A look at KU’s options if Oklahoma and Texas departures endanger the Big 12 | Tale of Tait

The Jayhawks line up for a minute of silence before their 47-7 loss to Oklahoma State on Saturday, October 3, 2020 at David Booth Kansas Memorial Stadium.

by Orlin Wagner

It may still be a little premature to consider possible landing points for Kansas in case Oklahoma and Texas really leave the Big 12 Conference for the SEC.

But the two week delay that has been reported and the simple fact that it is even discussed in the first place makes it a worthwhile effort.

So this is it.

The way I see it, if OU and UT leave the conference, KU would have five options. These options are listed below in order of what I think is most likely to least likely.

It’s today. Much can change. And much of this list is based on what I learned the last time the realignment hit the conference. Much has changed on this front, so it’s unclear whether the realities of a decade ago are still relevant.

Time will tell us. On the list.

• Move to ACC

There are a lot of hurdles associated with moving from Kansas to ACC, but also a lot of benefits. Travel is certainly not a picnic and would make it difficult for both parties unless ACC wants to expand further somewhere in the Midwest. Assuming they can overcome that, which is not sure, the decision to line up with the best basketball programs in the country seems to make a lot of sense. We all know it’s football that drives the realignment, but unless you join the SEC – which KU doesn’t – you’re already playing for second place in that department. So why not be the best in the world at the other major sport? The ACC probably already believes that. The addition of Kansas would reinforce that. Beyond that, KU AD Travis Goff’s close ties with ACC Commissioner Jim Phillips could be beneficial in the negotiations. Could.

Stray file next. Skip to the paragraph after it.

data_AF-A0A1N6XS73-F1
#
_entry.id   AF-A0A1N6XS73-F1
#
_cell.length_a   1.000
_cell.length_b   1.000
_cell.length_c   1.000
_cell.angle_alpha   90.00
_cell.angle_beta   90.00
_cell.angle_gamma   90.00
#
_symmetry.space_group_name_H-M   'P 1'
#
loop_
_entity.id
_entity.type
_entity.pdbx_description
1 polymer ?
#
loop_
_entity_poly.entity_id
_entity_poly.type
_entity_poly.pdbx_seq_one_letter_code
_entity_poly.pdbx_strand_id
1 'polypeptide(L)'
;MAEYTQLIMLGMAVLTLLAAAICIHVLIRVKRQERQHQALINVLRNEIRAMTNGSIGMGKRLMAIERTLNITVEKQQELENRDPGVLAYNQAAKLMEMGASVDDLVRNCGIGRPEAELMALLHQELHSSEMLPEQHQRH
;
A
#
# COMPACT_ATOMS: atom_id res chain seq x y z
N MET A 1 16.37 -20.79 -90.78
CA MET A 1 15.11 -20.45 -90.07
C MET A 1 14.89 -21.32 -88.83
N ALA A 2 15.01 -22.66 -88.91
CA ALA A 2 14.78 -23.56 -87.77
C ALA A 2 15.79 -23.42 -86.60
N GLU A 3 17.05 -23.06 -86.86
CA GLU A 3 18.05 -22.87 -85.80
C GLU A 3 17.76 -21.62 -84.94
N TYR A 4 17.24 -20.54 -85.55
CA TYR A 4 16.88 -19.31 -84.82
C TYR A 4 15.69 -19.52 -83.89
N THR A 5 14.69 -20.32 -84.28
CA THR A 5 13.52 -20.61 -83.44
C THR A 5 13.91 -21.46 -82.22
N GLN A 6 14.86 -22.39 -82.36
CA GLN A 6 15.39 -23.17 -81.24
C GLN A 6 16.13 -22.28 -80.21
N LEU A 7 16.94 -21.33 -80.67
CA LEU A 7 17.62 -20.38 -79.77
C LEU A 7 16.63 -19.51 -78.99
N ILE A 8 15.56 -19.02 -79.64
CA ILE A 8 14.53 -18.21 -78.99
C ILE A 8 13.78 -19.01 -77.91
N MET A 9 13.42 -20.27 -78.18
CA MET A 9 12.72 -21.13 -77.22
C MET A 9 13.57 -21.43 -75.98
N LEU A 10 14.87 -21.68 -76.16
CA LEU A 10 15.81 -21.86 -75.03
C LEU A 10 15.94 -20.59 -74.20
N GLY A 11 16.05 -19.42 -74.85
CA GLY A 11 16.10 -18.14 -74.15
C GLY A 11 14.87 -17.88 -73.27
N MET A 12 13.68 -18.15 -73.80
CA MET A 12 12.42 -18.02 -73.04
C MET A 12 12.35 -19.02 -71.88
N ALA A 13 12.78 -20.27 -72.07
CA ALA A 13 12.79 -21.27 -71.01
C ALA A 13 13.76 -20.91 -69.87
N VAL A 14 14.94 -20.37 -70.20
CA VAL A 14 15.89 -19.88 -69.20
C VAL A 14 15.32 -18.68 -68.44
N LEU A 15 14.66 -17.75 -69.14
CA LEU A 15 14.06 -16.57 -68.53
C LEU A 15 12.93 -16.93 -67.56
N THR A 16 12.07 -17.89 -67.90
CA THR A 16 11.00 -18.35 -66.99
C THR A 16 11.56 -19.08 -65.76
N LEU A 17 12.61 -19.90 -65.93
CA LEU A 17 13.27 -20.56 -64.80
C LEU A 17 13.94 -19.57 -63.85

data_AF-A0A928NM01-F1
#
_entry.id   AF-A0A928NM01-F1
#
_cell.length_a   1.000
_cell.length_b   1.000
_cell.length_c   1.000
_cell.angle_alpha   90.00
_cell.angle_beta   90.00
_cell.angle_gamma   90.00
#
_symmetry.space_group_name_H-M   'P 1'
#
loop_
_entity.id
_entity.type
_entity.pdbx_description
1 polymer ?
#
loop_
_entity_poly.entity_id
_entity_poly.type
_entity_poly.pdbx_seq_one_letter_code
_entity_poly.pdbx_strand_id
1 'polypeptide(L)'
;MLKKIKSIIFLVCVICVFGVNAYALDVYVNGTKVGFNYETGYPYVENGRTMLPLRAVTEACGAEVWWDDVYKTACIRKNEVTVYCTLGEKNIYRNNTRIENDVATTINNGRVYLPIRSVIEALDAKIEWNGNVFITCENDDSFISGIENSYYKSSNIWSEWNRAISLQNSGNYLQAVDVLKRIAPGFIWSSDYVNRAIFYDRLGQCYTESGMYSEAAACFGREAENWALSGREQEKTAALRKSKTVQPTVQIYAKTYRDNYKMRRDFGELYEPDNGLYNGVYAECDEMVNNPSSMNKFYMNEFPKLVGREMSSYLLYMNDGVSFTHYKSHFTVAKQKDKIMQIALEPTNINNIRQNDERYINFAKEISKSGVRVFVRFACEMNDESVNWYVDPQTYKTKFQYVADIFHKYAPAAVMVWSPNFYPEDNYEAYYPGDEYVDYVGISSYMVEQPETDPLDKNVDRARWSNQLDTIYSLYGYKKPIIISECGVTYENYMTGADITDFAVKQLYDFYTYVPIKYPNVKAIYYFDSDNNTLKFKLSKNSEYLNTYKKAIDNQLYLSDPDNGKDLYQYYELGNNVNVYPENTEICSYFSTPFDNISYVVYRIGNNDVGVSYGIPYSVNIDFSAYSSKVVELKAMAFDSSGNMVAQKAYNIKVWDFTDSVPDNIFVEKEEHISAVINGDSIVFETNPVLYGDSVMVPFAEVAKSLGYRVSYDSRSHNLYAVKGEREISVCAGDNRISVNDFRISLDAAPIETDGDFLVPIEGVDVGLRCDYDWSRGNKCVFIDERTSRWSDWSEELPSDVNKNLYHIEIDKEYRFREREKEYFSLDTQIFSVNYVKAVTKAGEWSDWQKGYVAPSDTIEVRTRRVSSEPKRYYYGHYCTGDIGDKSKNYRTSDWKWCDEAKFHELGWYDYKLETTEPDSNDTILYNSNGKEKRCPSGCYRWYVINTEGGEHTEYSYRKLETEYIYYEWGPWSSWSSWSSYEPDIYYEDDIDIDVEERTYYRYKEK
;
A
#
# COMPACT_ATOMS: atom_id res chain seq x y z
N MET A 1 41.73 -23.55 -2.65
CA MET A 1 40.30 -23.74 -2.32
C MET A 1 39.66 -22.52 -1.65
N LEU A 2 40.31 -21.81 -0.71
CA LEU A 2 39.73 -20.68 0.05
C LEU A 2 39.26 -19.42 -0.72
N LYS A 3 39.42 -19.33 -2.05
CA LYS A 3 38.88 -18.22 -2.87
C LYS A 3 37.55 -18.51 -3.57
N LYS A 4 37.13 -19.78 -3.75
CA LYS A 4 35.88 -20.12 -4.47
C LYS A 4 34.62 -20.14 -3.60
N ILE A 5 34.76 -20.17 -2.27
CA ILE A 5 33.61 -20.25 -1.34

• Move to the Big Ten

A top level athletic and academic conference with most of its schools close to the KU campus, KU landing in the Big Ten would be a dream scenario. I am not sure this is the most likely scenario. While the current state of the KU football program would still be problematic when it comes to taking on the states of Ohio, Michigan and the Iowas of the world, the bottom half of the Big Ten does is not untouchable. Rutgers, Maryland, Illinois, and Nebraska all struggled at times. KU can’t worry about that at the moment, however. If there is a way to get into the conference, do so. And you’re sure hiring Lance Leipold will be good enough to at least make you competitive with most of the conference. The Big Ten could certainly be inspired to look elsewhere, but adding Kansas and Iowa State wouldn’t be the worst thing they could do either, provided they were even interested in expanding.

• Be a powerful player to keep the Big 12 together